Frankenstein's Cat: Cuddling Up to Biotech's Brave New Beasts (Emily Anthes 2013) 
In Frankenstein’s Cat, the journalist Emily Anthes... explores how biotechnology is shaping the future of our furry and feathered friends. As she ventures from bucolic barnyards to a “frozen zoo” where scientists are storing DNA from the planet’s most exotic creatures, she discovers how we can use cloning to protect endangered species, craft prosthetics to save injured animals, and employ genetic engineering to supply farms with disease-resistant livestock... So what does biotechnology really mean for the world’s wild things? And what do our brave new beasts tell us about ourselves?... Anthes highlights both the peril and the promise of our scientific superpowers, taking us on an adventure into a world where our grandest science fiction fantasies are fast becoming reality.

Centering Animals in Latin American History (Martha Few, Zeb Tortorici 2013) 
Centering Animals in Latin American History writes animals back into the history of colonial and postcolonial Latin America. This collection reveals how interactions between humans and other animals have significantly shaped narratives of Latin American histories and cultures... seeking to include nonhuman animals as social actors... The essays discuss topics ranging from canine baptisms, weddings, and funerals in Bourbon Mexico to imported monkeys used in medical experimentation in Puerto Rico... the role of animals in colonization efforts... the relationship between animals, medicine, and health... the politics of hunting, the commodification of animals and animal parts, the protection of animals and the environment, and political symbolism.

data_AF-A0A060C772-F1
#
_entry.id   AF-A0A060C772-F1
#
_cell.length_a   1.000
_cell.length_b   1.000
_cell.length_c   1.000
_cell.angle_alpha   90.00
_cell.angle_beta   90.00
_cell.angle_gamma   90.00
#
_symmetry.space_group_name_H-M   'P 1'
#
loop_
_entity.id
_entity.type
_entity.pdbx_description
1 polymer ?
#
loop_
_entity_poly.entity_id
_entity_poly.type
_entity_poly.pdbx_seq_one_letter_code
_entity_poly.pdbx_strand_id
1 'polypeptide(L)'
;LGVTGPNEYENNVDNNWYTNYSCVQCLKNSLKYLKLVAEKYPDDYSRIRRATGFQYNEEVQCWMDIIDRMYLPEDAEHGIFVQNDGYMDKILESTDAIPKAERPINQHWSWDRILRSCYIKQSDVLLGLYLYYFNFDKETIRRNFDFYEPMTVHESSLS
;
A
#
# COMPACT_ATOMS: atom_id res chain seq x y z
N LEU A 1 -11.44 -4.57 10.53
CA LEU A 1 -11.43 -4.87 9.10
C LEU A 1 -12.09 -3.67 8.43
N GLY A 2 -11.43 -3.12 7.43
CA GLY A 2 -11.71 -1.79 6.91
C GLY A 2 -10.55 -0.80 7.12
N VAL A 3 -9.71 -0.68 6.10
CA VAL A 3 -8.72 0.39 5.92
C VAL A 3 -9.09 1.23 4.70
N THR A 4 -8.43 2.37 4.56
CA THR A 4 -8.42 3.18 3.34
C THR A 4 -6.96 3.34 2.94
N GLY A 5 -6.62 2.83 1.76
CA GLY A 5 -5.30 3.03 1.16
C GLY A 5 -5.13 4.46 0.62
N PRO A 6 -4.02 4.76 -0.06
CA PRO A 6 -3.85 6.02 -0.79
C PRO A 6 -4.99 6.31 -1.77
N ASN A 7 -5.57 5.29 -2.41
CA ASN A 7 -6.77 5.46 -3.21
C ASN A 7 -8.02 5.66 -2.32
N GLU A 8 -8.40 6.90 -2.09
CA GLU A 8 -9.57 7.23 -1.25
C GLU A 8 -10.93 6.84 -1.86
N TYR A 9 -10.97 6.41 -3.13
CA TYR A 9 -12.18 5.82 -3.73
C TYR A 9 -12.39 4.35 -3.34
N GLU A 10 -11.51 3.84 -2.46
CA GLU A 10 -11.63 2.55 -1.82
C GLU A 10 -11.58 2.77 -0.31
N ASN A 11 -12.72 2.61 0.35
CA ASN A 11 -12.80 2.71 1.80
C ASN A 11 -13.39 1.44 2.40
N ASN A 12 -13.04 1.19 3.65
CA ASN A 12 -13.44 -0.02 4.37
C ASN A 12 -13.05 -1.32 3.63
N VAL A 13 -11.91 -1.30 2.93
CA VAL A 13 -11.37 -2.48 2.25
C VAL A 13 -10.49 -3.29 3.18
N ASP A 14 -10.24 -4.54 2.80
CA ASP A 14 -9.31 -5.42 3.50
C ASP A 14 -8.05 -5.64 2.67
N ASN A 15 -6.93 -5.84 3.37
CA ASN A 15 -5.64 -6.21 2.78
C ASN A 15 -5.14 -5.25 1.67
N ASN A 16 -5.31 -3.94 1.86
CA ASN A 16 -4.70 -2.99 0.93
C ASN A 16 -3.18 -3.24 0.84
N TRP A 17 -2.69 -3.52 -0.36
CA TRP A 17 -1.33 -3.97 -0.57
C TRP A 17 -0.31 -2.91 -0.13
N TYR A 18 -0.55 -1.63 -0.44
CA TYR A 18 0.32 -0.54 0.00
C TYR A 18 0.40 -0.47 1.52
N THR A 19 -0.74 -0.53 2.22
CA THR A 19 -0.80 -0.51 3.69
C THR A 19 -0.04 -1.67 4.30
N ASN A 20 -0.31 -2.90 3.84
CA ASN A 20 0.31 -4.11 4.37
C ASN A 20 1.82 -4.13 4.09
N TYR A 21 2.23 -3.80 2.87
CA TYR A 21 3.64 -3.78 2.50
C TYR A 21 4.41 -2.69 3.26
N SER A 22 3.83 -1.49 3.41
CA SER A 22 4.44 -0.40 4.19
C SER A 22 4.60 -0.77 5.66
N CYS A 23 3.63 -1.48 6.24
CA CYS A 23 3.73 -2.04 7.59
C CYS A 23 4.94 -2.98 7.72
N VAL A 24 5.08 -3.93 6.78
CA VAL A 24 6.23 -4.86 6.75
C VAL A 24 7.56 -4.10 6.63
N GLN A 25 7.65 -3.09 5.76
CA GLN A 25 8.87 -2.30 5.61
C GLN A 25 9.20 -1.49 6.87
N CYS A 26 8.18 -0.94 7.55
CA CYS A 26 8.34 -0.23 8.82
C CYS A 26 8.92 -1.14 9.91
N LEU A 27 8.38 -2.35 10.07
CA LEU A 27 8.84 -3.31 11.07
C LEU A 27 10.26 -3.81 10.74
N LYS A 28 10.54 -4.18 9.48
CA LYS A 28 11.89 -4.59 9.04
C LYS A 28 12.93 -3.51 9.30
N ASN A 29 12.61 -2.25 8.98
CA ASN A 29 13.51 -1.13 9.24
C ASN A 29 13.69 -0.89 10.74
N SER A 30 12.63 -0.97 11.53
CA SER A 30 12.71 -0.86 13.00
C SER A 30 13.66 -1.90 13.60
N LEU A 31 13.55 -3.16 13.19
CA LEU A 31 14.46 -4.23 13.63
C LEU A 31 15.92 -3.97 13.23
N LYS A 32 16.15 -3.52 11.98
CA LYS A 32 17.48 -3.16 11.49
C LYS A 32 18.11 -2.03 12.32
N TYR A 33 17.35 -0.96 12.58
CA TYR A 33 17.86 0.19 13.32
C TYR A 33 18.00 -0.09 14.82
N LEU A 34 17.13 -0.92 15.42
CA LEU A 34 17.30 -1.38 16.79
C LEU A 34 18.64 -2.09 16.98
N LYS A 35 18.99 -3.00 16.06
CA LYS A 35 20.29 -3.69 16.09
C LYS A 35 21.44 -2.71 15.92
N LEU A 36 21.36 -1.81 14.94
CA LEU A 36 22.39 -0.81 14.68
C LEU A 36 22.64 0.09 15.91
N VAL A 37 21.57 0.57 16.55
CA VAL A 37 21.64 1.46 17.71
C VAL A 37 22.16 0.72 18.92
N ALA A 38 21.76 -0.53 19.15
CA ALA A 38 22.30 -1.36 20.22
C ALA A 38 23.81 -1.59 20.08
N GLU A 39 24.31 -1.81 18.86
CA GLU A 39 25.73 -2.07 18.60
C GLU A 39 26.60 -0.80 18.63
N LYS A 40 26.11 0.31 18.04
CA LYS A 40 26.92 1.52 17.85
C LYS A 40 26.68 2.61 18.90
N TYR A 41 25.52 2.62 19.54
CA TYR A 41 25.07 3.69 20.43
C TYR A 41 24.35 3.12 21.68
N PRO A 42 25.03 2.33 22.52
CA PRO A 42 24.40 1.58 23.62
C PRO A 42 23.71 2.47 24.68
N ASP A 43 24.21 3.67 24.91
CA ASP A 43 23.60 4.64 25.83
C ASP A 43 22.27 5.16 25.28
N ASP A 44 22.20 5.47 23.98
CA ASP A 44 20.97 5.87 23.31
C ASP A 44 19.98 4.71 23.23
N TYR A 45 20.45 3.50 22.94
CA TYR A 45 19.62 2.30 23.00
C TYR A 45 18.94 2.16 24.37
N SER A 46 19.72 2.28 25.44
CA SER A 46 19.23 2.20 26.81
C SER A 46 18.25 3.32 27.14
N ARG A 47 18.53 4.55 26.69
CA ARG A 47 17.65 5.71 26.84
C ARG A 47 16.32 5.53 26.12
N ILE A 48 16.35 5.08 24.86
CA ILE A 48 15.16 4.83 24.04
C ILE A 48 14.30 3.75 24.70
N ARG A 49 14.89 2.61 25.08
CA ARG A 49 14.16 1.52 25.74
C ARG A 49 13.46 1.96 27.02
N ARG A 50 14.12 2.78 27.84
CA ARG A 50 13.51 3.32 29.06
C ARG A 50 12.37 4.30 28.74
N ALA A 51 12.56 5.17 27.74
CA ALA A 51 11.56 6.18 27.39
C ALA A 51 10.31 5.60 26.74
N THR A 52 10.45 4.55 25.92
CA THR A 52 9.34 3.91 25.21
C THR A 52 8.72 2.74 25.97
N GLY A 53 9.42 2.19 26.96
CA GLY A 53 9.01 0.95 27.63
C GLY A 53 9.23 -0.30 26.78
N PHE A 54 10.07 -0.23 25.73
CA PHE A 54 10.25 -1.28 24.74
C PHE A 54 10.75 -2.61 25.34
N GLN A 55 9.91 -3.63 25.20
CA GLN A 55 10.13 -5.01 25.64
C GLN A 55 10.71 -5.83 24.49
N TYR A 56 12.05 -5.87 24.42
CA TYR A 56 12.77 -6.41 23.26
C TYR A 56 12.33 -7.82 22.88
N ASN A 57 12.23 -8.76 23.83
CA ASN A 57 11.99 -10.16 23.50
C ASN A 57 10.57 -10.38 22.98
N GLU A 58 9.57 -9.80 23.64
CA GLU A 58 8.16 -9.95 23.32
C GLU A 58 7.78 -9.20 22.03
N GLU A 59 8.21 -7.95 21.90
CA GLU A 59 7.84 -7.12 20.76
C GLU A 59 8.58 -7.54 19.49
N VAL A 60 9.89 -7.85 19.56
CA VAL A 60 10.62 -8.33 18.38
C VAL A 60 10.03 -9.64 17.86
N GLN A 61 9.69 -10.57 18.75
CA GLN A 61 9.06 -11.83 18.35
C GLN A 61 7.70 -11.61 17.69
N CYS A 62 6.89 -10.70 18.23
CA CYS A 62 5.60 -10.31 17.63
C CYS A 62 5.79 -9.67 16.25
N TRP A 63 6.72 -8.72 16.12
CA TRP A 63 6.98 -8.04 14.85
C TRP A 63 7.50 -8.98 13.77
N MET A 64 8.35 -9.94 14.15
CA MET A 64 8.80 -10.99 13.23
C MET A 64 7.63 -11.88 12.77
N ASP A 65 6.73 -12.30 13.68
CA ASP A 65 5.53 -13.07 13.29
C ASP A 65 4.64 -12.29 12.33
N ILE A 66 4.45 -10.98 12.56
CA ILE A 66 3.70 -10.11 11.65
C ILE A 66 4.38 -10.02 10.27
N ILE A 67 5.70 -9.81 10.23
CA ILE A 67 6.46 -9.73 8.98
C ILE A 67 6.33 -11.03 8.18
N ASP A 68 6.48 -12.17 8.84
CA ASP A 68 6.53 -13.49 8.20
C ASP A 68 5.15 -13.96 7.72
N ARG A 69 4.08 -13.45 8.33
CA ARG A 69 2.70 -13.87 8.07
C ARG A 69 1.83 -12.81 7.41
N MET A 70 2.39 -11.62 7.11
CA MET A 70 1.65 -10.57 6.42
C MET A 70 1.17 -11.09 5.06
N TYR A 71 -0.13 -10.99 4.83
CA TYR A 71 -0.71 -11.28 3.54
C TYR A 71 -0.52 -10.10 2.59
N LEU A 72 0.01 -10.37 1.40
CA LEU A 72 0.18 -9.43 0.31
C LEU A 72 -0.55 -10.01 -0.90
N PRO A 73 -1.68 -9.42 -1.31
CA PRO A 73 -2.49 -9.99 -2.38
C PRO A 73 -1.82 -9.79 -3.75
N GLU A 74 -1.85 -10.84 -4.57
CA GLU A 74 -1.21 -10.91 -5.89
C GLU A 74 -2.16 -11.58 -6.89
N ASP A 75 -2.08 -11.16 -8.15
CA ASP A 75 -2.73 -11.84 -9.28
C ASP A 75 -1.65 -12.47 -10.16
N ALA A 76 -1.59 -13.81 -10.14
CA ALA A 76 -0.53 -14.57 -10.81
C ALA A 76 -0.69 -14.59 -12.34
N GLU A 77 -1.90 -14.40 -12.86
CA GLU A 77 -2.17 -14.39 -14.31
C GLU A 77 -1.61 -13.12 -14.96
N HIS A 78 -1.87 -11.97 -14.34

The Silence of Animals: On Progress and Other Modern Myths (John Gray 2013) 
John Gray’s “Silence of Animals” is an attack on humanism. He condemns this widely accepted secular faith as a form of delusional self-flattery... The book consists of three parts. The first deals mainly with the supposed myth of human progress, the second with the disposition of humans to mythologize themselves and the world through fictions; the third proposes an alternative of pure contemplation that just lets the world be. That is the meaning of the title: we are invited to become more like other animals, freed of the perpetual need for commentary, understanding and transcendence.[*]

Trash Animals: How We Live with Nature's Filthy, Feral, Invasive, and Unwanted Species (Kelsi Nagi, Philp David Johnson II 2013)